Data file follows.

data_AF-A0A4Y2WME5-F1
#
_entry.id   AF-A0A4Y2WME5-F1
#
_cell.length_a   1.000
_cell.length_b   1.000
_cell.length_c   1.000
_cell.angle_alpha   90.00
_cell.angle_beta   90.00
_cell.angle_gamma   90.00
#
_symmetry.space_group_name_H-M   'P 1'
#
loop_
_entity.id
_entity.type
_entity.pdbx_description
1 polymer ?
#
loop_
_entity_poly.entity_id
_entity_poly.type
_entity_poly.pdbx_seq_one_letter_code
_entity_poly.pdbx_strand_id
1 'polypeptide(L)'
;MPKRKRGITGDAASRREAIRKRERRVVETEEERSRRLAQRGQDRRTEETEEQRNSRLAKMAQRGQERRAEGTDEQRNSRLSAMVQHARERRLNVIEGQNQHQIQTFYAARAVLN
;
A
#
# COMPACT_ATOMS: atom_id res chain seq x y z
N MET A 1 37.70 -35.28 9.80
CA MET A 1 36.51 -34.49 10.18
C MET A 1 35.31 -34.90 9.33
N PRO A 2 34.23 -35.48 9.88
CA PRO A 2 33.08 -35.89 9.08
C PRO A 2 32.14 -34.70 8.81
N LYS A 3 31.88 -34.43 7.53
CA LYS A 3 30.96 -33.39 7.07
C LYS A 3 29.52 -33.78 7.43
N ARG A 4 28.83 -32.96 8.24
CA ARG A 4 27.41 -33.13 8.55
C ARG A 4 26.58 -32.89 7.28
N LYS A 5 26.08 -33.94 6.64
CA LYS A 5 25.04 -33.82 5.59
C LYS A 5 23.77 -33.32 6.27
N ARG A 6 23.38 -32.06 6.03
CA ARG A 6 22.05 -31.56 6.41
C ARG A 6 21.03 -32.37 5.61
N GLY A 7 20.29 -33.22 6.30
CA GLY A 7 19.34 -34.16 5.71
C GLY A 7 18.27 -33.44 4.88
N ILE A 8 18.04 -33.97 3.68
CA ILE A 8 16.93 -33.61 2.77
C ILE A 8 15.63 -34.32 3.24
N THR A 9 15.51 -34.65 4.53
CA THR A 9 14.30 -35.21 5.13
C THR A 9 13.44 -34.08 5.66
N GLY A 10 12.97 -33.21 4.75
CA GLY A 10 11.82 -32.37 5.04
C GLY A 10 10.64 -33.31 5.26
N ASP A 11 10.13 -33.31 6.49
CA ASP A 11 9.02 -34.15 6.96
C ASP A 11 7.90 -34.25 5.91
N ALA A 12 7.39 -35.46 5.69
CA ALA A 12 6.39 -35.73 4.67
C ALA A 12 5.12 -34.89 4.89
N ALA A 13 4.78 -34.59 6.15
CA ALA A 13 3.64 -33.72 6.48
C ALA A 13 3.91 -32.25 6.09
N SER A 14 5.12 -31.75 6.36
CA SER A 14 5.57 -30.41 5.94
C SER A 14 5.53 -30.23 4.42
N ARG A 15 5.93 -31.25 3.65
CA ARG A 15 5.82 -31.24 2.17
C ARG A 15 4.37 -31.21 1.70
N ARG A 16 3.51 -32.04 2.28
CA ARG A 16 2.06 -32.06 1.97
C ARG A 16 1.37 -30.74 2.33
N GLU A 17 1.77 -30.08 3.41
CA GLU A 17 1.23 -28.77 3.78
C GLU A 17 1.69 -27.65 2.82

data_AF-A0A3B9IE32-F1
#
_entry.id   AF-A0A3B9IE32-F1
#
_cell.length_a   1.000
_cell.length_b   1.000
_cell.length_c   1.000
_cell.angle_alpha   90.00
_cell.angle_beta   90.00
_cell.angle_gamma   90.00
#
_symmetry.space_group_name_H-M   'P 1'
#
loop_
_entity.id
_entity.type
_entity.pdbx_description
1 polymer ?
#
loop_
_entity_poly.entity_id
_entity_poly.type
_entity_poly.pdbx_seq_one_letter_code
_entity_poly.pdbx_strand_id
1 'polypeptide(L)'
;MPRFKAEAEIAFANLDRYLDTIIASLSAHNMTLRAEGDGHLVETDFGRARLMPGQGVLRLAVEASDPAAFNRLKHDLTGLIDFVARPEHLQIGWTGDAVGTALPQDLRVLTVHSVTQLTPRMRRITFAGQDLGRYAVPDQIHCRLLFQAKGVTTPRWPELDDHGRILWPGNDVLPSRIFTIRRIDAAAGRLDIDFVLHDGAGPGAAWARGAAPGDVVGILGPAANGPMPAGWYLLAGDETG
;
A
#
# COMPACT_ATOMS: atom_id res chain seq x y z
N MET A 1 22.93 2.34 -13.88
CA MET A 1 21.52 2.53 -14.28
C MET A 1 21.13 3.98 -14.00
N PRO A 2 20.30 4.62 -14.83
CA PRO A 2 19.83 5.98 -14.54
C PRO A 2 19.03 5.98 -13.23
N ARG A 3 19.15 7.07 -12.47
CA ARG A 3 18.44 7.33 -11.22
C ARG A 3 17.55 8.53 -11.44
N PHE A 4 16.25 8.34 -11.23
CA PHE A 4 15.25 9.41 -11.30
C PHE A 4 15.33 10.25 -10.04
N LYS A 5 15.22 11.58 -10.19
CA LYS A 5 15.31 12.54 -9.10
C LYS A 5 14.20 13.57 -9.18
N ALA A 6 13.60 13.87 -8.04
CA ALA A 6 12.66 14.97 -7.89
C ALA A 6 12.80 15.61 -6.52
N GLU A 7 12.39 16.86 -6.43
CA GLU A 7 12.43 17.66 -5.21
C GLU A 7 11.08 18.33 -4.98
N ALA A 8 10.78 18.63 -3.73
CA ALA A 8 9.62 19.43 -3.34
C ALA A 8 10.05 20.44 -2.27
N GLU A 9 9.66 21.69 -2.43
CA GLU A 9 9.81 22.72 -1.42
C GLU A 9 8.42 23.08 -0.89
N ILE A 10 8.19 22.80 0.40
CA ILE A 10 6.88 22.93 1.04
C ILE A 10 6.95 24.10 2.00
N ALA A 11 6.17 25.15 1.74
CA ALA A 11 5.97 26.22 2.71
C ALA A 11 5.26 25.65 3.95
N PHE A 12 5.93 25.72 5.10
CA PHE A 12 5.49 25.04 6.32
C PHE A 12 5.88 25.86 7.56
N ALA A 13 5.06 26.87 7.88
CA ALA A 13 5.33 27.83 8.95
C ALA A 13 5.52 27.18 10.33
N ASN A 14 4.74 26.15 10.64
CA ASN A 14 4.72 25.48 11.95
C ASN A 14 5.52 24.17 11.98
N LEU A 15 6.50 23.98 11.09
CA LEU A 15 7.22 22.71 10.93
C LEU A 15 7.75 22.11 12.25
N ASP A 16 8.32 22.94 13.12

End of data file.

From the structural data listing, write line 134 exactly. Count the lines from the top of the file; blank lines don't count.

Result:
CA ALA A 8 9.62 19.43 -3.34